HiPP's A-Z of pregnancy & child health

The A-Z contains information on many aspects of pregnancy 
and child health. It is arranged alphabetically so you can find what you are looking for with ease. If you are at all concerned about your health or your child’s health, please consult your health professional.

Vaginal Discharge

It is quite normal to experience vaginal discharge during pregnancy. If the discharge is smelly and/or coloured, however, or you feel sore or you have pain when passing urine, check with your midwife or doctor since this may mean a vaginal or urinary tract infection.

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Varicose Veins

A common - and harmless - occurrence in pregnancy, symptoms may be relieved (but not prevented) by support tights. Avoid standing up for too long. Putting your feet up when you are sitting down and carrying out foot exercises also helps.

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Vitamin K And Newborns

A very small number of newborn and very young babies suffer from bleeding linked to a deficiency of vitamin K. To counteract this possibility, you may opt for your baby to be given a simple injection of vitamin K shortly after the birth (or, if necessary, an oral form of the vitamin).

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Vitamins - Babies And Children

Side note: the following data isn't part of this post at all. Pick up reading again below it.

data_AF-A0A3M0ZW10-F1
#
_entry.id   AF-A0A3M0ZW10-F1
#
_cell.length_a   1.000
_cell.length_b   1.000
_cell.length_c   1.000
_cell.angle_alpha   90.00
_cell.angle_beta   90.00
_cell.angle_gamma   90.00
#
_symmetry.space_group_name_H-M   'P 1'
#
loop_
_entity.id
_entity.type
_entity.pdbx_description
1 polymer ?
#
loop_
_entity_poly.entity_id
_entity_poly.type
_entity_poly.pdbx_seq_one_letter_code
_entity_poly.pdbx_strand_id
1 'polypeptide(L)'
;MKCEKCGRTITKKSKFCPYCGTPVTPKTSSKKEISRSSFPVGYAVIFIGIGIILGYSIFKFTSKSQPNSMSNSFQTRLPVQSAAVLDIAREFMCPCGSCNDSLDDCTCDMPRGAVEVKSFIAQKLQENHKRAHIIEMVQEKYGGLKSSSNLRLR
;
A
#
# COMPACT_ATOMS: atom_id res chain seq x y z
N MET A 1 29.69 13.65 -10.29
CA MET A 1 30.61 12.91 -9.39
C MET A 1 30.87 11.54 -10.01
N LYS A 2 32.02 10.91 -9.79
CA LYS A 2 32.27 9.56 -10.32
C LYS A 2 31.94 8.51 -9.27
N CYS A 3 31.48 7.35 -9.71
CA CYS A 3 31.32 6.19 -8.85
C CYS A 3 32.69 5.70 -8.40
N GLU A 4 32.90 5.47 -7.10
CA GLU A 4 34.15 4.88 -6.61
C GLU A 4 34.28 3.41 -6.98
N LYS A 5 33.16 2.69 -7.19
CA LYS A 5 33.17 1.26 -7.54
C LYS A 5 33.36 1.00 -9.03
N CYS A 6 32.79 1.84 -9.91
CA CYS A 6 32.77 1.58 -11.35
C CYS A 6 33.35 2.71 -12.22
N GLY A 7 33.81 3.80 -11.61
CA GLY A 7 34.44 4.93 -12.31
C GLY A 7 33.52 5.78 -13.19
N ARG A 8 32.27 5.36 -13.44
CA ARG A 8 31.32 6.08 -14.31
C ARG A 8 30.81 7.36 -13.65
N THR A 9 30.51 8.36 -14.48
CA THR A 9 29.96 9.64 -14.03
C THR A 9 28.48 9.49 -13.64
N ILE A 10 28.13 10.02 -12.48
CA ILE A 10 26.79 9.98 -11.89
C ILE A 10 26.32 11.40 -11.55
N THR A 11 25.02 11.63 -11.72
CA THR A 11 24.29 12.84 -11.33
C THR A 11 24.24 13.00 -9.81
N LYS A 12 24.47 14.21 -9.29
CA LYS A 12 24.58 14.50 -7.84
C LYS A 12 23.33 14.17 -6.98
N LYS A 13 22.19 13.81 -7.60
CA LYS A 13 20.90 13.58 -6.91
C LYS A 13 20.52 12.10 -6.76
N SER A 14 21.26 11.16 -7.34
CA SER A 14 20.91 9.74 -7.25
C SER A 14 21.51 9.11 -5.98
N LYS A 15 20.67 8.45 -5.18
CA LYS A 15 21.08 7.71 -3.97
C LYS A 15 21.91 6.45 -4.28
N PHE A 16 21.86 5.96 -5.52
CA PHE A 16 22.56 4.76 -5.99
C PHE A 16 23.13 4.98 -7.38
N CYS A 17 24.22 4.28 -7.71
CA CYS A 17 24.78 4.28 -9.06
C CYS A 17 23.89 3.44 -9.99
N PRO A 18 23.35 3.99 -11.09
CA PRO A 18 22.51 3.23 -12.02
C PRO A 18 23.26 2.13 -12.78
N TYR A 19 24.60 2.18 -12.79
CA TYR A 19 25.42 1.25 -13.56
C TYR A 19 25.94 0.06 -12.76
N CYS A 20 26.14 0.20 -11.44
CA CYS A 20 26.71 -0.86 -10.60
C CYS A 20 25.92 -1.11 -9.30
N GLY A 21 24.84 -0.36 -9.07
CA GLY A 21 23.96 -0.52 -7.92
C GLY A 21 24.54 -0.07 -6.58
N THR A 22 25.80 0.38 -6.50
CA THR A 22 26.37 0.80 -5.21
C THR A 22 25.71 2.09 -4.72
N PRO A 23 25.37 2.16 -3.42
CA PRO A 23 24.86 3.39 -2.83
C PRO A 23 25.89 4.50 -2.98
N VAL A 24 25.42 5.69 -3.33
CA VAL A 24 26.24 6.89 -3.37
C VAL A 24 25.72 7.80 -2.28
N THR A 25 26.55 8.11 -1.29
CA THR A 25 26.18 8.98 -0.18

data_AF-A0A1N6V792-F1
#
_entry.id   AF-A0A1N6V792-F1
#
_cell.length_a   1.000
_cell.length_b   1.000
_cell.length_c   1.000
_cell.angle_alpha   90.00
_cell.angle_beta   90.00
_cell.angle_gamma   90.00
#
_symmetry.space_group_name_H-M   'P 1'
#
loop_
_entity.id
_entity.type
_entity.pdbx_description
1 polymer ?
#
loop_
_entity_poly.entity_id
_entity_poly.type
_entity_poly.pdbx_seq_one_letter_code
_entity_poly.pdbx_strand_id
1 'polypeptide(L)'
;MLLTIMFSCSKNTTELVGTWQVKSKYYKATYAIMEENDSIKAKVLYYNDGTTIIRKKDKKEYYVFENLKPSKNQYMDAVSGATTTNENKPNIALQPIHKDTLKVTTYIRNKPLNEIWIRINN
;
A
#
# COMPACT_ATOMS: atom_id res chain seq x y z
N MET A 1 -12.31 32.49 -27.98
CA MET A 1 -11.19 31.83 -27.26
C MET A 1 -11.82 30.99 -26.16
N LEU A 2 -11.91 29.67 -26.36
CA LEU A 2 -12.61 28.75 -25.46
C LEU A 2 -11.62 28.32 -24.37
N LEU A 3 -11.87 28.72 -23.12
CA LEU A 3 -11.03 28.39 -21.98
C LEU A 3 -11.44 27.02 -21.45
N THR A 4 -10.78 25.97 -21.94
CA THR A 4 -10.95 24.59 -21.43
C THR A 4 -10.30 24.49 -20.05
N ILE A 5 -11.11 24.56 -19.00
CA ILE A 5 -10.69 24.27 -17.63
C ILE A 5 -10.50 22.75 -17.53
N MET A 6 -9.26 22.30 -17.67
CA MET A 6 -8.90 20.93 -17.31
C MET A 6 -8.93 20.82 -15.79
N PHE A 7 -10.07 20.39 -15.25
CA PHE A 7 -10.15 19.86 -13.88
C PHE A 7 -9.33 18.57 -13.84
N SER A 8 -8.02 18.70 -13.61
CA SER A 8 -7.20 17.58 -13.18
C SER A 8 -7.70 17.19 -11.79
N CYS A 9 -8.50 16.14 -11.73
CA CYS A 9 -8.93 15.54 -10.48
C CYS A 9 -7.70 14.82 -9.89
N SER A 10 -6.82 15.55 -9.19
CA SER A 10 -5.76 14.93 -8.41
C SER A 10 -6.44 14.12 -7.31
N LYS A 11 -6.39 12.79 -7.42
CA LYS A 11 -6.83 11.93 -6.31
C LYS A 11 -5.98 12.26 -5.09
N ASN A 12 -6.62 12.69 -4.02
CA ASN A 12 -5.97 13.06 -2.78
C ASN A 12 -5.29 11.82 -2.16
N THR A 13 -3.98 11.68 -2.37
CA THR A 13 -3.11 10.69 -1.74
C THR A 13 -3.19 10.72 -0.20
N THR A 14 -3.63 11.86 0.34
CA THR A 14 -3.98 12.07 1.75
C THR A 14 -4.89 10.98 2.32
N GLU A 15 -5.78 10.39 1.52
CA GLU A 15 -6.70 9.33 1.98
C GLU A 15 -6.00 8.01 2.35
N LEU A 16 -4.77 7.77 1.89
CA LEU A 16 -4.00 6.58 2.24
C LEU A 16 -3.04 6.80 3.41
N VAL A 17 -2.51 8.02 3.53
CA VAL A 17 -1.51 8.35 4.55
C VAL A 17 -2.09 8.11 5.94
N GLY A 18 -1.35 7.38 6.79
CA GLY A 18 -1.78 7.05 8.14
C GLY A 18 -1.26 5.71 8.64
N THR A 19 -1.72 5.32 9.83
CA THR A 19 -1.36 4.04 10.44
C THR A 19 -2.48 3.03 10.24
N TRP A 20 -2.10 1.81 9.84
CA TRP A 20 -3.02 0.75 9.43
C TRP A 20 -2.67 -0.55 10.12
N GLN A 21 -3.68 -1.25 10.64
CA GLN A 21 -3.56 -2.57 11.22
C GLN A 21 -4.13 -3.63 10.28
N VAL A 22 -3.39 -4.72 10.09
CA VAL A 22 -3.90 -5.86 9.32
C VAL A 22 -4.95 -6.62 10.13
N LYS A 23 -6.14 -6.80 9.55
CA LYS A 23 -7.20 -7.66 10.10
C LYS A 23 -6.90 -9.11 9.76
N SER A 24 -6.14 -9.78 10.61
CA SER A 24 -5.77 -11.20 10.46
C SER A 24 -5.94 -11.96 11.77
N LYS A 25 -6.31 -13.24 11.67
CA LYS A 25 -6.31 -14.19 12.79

Babies who are still breastfeeding after 6 months should have vitamin drops containing vitamins A, C and D. Babies under 1 years old, having formula should start having the drops when they are drinking less than 1 pint (500ml) a day. The health visitor will advise you. It?s a good idea to give the vitamin drops to all children from the ages of one to five, particularly if they are fussy eaters, living in the north of the UK, or are of Asian, African or Middle Eastern origin.

If you are on certain benefits, you may be eligible for free vitamins, milk, fruit and vegetables - check out the government website

Visit for advice on giving children a healthy well balanced diet.

The Department of Health publication ?Birth to five? also gives useful information; click here to request your free copy or to download sections.

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Vitamins - Pregnancy

Folic Acid

You should take 400mcg (micrograms) of folic acid a day if you are trying to get pregnant and for the first 12 weeks of pregnancy. 

Vitamin D

If you are pregnant, the midwife or doctor will talk to you about getting enough vitamin D (both during your pregnancy and while breastfeeding). You are most at risk from vitamin D deficiency if you are dark-skinned, if you stay indoors a lot, if you always cover up when you are outdoors, or if your diet is likely to be deficient in vitamin D. If the midwife or doctor thinks you are at risk of deficiency you may be advised to take a vitamin D supplement of 10mcg (micrograms) per day.

Vitamin A

Too much vitamin A during pregnancy can cause abnormalities in unborn babies. For this reason, you are advised to avoid eating liver (which can contain high levels of vitamin A) or liver products such as liver sausage or pâté. You should also avoid taking vitamin A supplements of more than 700mcg.

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